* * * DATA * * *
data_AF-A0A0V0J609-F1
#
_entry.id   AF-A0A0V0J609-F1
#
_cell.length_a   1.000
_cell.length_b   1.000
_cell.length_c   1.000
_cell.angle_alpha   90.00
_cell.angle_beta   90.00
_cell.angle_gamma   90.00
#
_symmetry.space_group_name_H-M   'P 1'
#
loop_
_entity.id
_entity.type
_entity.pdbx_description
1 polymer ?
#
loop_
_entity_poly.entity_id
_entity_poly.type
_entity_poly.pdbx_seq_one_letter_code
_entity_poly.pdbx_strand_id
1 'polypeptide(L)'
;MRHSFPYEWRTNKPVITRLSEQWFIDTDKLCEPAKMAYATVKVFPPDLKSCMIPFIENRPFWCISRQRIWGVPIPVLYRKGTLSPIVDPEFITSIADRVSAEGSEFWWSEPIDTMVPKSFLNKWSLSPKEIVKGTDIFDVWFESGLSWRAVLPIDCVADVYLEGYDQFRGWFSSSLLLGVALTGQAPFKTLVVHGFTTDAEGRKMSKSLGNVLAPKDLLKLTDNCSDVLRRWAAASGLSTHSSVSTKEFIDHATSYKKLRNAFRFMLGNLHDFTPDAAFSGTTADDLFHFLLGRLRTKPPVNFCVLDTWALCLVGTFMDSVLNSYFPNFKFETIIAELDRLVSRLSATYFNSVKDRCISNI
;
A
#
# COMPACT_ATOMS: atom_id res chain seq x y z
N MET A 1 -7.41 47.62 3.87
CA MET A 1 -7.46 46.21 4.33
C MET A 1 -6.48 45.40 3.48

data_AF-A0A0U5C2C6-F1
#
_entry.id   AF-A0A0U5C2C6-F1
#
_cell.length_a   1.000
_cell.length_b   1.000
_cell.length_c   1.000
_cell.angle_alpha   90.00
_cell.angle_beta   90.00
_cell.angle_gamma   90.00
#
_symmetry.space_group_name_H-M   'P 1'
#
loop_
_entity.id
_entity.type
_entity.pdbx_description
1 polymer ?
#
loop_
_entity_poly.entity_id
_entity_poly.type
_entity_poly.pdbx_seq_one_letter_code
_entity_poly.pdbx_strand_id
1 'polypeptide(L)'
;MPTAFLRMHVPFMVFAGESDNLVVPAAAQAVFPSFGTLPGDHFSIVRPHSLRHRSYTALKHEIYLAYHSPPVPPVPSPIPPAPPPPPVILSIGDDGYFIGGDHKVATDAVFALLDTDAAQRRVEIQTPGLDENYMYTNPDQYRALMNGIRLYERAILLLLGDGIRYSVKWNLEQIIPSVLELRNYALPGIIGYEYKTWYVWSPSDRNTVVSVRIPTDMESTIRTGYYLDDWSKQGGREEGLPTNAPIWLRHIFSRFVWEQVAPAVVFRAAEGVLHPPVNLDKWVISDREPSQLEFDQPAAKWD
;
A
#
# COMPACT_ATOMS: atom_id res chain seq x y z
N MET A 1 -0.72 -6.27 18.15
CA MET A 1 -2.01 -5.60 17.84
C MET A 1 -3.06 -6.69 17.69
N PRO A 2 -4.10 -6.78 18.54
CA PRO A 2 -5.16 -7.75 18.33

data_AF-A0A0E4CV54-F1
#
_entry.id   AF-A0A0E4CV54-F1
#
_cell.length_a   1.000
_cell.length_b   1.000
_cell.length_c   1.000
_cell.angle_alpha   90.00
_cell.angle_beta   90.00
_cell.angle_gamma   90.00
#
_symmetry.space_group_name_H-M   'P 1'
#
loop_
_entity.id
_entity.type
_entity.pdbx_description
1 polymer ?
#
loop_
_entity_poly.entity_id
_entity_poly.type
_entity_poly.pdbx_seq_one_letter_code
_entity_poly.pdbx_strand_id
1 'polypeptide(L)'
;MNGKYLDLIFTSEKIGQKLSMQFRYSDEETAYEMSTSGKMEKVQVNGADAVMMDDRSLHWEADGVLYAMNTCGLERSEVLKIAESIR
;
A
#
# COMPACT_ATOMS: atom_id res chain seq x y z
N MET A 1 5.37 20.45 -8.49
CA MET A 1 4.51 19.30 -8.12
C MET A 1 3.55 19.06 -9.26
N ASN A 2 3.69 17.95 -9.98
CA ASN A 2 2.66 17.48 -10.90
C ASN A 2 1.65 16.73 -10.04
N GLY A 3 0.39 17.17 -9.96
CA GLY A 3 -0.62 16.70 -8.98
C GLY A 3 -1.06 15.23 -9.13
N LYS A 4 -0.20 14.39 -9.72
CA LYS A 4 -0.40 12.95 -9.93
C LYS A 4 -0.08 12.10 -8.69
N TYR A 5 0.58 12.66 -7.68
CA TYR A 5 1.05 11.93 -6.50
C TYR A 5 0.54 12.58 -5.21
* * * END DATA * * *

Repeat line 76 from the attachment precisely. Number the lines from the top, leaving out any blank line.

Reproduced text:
_cell.angle_alpha   90.00